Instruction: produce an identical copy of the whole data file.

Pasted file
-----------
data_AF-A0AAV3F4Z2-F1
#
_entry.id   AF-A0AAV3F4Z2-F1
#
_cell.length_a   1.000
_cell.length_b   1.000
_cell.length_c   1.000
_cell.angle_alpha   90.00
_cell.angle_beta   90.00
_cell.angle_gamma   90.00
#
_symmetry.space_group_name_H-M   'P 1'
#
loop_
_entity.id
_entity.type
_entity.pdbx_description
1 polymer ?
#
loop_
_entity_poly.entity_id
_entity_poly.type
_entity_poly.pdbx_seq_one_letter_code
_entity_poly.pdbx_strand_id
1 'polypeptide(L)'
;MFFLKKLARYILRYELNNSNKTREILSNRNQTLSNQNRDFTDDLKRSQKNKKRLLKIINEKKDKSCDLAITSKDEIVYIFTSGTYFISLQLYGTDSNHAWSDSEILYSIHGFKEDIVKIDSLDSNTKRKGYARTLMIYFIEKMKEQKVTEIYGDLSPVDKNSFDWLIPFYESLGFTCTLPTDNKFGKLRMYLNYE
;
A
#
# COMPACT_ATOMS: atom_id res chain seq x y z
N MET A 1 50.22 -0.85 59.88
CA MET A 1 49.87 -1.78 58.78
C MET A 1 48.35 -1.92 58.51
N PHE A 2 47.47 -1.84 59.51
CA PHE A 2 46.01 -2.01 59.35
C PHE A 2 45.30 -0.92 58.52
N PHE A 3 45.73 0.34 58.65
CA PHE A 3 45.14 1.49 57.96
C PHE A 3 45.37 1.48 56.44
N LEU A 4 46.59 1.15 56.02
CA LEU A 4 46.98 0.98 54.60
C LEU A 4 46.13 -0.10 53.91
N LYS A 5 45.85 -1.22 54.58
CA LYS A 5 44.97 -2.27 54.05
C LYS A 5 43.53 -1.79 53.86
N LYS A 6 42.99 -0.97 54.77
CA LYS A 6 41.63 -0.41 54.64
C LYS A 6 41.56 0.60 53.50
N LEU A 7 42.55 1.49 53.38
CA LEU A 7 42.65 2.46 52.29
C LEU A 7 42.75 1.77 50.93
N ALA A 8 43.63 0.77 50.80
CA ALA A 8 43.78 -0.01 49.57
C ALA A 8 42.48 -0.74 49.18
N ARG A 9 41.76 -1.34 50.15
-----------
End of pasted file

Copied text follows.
data_AF-A0AAV3F4Z2-F1
#
_entry.id   AF-A0AAV3F4Z2-F1
#
_cell.length_a   1.000
_cell.length_b   1.000
_cell.length_c   1.000
_cell.angle_alpha   90.00
_cell.angle_beta   90.00
_cell.angle_gamma   90.00
#
_symmetry.space_group_name_H-M   'P 1'
#
loop_
_entity.id
_entity.type
_entity.pdbx_description
1 polymer ?
#
loop_
_entity_poly.entity_id
_entity_poly.type
_entity_poly.pdbx_seq_one_letter_code
_entity_poly.pdbx_strand_id
1 'polypeptide(L)'
;MFFLKKLARYILRYELNNSNKTREILSNRNQTLSNQNRDFTDDLKRSQKNKKRLLKIINEKKDKSCDLAITSKDEIVYIFTSGTYFISLQLYGTDSNHAWSDSEILYSIHGFKEDIVKIDSLDSNTKRKGYARTLMIYFIEKMKEQKVTEIYGDLSPVDKNSFDWLIPFYESLGFTCTLPTDNKFGKLRMYLNYE
;
A
#
# COMPACT_ATOMS: atom_id res chain seq x y z
N MET A 1 50.22 -0.85 59.88
CA MET A 1 49.87 -1.78 58.78
C MET A 1 48.35 -1.92 58.51
N PHE A 2 47.47 -1.84 59.51
CA PHE A 2 46.01 -2.01 59.35
C PHE A 2 45.30 -0.92 58.52
N PHE A 3 45.73 0.34 58.65
CA PHE A 3 45.14 1.49 57.96
C PHE A 3 45.37 1.48 56.44
N LEU A 4 46.59 1.15 56.02
CA LEU A 4 46.98 0.98 54.60
C LEU A 4 46.13 -0.10 53.91
N LYS A 5 45.85 -1.22 54.58
CA LYS A 5 44.97 -2.27 54.05
C LYS A 5 43.53 -1.79 53.86
N LYS A 6 42.99 -0.97 54.77
CA LYS A 6 41.63 -0.41 54.64
C LYS A 6 41.56 0.60 53.50
N LEU A 7 42.55 1.49 53.38
CA LEU A 7 42.65 2.46 52.29
C LEU A 7 42.75 1.77 50.93
N ALA A 8 43.63 0.77 50.80
CA ALA A 8 43.78 -0.01 49.57
C ALA A 8 42.48 -0.74 49.18
N ARG A 9 41.76 -1.34 50.15